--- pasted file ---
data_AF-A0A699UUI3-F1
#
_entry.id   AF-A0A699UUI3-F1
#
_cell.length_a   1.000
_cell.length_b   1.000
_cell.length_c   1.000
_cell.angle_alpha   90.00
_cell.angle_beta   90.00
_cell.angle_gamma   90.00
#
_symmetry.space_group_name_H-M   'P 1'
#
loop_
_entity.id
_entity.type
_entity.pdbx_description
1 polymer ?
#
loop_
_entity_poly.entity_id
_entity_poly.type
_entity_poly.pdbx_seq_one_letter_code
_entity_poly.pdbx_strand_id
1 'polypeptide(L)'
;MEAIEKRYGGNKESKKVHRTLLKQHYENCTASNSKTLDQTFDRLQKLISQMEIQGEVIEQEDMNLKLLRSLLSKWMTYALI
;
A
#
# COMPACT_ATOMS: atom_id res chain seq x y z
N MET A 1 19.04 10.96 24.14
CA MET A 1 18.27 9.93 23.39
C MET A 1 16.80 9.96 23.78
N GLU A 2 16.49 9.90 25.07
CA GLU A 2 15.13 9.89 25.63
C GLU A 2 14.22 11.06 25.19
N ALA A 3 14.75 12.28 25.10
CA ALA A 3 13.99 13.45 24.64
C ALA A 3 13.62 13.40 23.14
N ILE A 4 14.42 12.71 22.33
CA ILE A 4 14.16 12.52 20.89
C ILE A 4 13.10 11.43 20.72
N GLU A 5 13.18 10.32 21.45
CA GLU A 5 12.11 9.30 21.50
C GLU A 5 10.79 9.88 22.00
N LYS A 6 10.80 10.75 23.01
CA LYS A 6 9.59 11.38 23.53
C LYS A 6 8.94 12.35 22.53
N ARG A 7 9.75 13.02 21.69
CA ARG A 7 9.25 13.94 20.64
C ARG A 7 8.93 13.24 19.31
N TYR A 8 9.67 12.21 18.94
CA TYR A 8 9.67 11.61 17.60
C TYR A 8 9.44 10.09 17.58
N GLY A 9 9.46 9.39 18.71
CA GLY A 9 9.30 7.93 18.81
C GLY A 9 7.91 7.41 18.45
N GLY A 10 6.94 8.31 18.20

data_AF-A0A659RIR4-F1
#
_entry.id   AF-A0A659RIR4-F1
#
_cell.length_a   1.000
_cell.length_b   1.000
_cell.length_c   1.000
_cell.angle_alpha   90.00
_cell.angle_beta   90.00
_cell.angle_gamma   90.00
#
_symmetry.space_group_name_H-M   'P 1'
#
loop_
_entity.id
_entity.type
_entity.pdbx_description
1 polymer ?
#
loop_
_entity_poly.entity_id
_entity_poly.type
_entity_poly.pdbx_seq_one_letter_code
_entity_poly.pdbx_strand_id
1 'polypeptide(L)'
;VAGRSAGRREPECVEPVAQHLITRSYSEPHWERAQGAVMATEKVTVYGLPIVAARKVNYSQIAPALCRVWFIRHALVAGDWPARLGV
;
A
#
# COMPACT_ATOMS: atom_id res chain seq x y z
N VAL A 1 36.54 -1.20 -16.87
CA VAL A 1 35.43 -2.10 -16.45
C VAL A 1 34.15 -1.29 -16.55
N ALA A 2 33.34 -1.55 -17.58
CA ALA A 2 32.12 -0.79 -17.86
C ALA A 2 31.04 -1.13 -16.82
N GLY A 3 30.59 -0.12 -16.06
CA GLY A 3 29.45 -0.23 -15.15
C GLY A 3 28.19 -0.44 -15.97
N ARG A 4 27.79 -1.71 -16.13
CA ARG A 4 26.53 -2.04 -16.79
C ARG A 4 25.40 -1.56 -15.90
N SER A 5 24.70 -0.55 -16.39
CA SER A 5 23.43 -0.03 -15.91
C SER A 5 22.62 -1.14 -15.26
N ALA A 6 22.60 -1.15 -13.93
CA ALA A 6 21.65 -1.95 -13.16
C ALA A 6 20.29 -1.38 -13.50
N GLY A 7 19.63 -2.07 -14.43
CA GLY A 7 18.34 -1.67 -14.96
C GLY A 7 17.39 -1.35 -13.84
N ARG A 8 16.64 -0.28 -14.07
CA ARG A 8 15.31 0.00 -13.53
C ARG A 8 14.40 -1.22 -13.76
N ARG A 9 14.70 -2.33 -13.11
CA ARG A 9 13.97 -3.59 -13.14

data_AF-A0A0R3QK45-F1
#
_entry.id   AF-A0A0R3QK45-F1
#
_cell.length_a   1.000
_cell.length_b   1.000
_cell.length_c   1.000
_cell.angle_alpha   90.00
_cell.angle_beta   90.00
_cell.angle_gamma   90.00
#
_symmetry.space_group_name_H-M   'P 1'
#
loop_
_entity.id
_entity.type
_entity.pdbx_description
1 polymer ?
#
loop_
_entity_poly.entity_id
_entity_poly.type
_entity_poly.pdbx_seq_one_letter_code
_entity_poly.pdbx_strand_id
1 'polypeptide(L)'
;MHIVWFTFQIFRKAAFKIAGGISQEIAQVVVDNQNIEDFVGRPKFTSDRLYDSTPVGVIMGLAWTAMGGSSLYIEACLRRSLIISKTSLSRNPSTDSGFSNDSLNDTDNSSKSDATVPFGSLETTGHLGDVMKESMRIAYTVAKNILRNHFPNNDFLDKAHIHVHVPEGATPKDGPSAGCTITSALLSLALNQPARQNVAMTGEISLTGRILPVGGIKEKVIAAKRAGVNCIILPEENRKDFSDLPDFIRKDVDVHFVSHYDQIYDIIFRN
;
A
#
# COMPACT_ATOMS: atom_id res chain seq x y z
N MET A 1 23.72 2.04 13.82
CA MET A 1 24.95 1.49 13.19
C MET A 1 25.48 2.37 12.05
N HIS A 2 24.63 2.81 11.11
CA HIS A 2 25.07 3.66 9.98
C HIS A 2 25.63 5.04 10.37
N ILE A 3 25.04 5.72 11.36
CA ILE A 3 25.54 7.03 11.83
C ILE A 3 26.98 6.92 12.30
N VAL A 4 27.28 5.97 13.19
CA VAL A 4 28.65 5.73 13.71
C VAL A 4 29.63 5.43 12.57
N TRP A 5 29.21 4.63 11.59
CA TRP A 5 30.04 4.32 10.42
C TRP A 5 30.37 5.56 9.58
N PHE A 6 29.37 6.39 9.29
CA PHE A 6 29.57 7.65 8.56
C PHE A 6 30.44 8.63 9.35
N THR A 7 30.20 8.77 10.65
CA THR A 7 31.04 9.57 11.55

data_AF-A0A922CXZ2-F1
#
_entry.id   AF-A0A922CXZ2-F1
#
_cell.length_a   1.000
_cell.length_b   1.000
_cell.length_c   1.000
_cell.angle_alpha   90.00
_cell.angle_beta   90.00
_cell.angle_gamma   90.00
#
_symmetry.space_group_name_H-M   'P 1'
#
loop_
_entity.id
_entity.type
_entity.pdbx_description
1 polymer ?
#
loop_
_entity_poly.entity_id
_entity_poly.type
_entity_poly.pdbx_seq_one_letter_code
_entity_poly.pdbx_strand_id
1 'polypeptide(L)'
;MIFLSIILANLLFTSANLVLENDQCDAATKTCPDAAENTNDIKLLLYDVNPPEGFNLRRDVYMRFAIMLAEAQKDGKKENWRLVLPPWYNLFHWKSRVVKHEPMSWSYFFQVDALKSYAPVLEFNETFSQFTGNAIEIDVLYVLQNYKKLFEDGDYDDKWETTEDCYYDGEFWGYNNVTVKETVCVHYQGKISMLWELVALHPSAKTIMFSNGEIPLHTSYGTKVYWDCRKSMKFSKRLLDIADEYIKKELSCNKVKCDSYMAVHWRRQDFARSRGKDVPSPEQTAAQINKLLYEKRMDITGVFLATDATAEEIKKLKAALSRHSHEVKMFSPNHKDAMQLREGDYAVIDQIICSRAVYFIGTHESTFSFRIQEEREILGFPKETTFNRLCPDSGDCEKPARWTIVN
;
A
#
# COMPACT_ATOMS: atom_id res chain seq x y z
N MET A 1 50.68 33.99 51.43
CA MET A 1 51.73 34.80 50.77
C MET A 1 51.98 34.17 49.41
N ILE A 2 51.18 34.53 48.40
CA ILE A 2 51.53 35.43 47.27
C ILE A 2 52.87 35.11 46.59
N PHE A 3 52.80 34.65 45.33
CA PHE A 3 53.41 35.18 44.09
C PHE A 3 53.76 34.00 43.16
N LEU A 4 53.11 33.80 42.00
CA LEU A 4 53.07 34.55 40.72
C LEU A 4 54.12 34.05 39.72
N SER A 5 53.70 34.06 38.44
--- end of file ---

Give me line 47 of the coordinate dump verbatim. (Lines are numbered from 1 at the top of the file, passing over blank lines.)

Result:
CA LYS A 6 9.59 11.38 23.53